Preimplantation Genetic Screening
Preimplantation genetic diagnosis is a highly specialised technique designed to identify chromosomal aberrations (deviations, changes) or monogenic hereditary diseases before an embryo is transferred to the uterus. During studies of the chromosomal structure of embryos it was determined that an incidence of aneuploidies (deviations in the number of chromosomes) is one of the most common causes of infertility. Examining the chromosomes of an embryo can therefore increase the likelihood of a successful artificial insemination.
The objective of preimplantation genetic diagnosis is to select for transfer only those embryos for which no abnormalities have been detected within the scope of PGD.
Indications for preimplantation genetic diagnosis are particularly the following:
- high risk of chromosomal aberration or severe monogenic hereditary disease in children,
- genetic defects linked to the child's gender,
- repeated miscarriages,
- premature birth or miscarriage with chromosomal disorder in the medical history,
- numerous unsuccessful IVF cycles.
Preimplantation genetic diagnosis is conducted in the early stage of embryo development. A single independent cell (blastomere) is retrieved from the embryo via the mechanical opening of the zona pellucida, which is then examined with the help of the methods indicated below. A biopsy of the embryo – the retrieval of a single independent cell – is most often conducted 3 days after fertilisation, when the embryo has 6-8 cells. Only those embryos which are healthy from the perspective of the preimplantation genetic diagnosis are subsequently selected for transfer to the uterus.
Preimplantation genetic aneuploidy screening
Preimplantation genetic aneuploidy screening (PGS) consists of examining the most common aneuploidies (numerical chromosome abnormalities) in an embryo. PGS uses the technique of fluorescence in situ hybridisation (FISH) and comparative genome hybridisation (CGH), using fluorescent markings of the chromosome for their identification.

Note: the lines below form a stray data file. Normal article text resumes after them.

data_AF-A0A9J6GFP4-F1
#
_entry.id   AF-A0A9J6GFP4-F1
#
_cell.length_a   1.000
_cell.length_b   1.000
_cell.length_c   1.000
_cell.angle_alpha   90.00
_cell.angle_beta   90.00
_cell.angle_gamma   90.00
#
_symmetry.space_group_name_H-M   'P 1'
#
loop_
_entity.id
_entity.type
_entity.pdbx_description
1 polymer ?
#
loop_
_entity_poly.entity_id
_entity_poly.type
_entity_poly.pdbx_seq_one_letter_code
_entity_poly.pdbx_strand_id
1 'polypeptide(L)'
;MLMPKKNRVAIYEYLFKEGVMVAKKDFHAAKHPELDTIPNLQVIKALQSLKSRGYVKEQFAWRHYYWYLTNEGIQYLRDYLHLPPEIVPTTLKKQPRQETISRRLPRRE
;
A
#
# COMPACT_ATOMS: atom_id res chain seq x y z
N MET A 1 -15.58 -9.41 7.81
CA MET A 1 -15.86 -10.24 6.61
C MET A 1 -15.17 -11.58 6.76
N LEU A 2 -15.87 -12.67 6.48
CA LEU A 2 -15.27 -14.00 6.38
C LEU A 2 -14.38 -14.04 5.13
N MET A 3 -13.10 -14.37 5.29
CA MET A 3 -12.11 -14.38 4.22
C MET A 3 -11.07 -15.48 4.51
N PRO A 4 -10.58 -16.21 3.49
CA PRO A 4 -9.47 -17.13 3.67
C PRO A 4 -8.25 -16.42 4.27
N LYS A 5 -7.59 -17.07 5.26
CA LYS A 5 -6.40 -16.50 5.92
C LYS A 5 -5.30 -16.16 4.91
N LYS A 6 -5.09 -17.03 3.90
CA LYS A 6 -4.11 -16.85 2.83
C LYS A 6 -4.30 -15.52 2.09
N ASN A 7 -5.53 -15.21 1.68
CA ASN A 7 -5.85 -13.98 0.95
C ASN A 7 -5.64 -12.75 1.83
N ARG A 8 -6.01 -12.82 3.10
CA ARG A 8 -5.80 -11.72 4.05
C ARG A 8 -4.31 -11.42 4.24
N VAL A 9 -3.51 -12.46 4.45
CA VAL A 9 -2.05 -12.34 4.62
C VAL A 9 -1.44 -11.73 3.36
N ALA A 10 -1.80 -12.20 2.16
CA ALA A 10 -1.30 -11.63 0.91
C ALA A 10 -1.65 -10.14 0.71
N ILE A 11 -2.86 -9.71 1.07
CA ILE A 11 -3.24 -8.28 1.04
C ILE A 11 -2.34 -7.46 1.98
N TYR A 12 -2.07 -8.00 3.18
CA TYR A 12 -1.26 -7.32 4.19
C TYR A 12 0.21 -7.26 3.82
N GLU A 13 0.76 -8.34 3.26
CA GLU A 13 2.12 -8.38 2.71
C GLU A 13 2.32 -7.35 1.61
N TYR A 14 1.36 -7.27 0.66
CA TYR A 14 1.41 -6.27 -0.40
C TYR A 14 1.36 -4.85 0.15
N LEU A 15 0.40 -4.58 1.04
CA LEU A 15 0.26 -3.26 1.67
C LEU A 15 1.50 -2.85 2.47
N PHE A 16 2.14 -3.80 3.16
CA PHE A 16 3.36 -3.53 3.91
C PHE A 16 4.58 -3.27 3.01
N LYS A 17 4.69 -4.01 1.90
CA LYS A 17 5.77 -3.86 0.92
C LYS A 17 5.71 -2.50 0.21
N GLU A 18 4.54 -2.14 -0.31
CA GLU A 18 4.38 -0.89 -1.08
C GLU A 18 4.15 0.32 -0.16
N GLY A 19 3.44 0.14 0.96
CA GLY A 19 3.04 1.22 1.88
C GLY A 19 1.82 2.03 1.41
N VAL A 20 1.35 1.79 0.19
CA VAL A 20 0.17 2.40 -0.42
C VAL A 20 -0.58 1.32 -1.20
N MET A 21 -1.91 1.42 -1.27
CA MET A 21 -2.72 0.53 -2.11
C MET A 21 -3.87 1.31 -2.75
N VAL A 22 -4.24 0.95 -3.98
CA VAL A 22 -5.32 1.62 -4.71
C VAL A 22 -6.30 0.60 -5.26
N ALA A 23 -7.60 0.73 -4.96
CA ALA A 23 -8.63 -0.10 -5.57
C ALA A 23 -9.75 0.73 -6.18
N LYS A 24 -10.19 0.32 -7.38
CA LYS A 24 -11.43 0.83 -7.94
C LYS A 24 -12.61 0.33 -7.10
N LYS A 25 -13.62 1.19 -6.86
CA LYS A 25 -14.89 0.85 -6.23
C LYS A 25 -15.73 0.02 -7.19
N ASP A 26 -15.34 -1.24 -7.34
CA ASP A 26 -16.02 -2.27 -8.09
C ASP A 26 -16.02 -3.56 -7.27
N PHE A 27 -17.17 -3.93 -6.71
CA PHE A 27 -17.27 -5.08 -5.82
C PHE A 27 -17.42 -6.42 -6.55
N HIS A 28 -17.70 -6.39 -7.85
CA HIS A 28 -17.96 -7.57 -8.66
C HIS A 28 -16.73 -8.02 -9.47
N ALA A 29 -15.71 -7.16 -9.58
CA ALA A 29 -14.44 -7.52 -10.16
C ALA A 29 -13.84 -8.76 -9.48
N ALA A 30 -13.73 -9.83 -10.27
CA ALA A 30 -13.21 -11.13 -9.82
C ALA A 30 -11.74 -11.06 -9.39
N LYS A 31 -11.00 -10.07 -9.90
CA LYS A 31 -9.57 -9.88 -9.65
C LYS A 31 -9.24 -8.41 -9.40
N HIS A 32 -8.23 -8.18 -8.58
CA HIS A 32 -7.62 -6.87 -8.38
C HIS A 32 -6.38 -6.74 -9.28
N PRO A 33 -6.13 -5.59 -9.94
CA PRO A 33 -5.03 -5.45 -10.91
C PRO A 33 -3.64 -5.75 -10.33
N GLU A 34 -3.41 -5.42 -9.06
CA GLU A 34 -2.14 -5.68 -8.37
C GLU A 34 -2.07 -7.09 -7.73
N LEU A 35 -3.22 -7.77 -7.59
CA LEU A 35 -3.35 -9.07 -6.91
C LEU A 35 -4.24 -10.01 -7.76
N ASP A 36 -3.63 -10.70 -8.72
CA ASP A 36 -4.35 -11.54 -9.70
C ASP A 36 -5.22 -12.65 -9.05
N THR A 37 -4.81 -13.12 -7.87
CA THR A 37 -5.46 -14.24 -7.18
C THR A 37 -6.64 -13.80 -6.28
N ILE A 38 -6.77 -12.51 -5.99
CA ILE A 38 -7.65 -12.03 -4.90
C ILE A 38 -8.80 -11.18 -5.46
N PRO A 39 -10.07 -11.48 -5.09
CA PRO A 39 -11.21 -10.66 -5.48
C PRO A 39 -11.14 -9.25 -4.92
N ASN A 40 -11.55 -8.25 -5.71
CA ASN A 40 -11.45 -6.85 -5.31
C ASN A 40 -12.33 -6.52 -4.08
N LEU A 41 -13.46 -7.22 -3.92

The method of fluorescence in situ hybridisation (FISH) uses specific fluorescent marked DNA probes to identify numerical and structural aberrations of the chromosomes. The screening usually takes place in chromosomes 13, 18, 21, X and Y, which most often cause chromosomal aberrations, and is often supplemented with an examination of chromosomes 15, 16 and 22, whose numerical abnormalities are more frequently found in miscarried foetuses.
The method of comparative genome hybridisation (CGH) examines chromosomal aberration by comparing the intensity of the fluorescence of two different fluorescent marked DNA probes – the DNA of the patient and the DNA of a healthy individual. CGH enables detection of quantitative changes to the genome, loss and surplus of genetic material, particularly in patients with oncological illnesses.
In cases where one or both partners are carriers of monogenic diseases, examination of embryos using the PCR method can help to eliminate this monogenic disease for their children. Examination with the help of polymerase chain reaction (PCR) can diagnose mutations of genetic information in carriers of monogenic diseases including cystic fibrosis, Huntington's disease or diseases linked to the X chromosome.
Examination of embryos for unusual arrangement of chromosome segments (translocation) occurring during oocyte or spermatozoa development, or inherited from one of the parents. Indications for this type of exam are determined on the basis of individual and family medical history. There exist two primary types of translocation: reciprocal translocation (exchange of material between two chromosomes) and Robertsonian translocation (fusing of two chromosomes to each other) which can be identified with the help of fluorescence in situ hybridisation.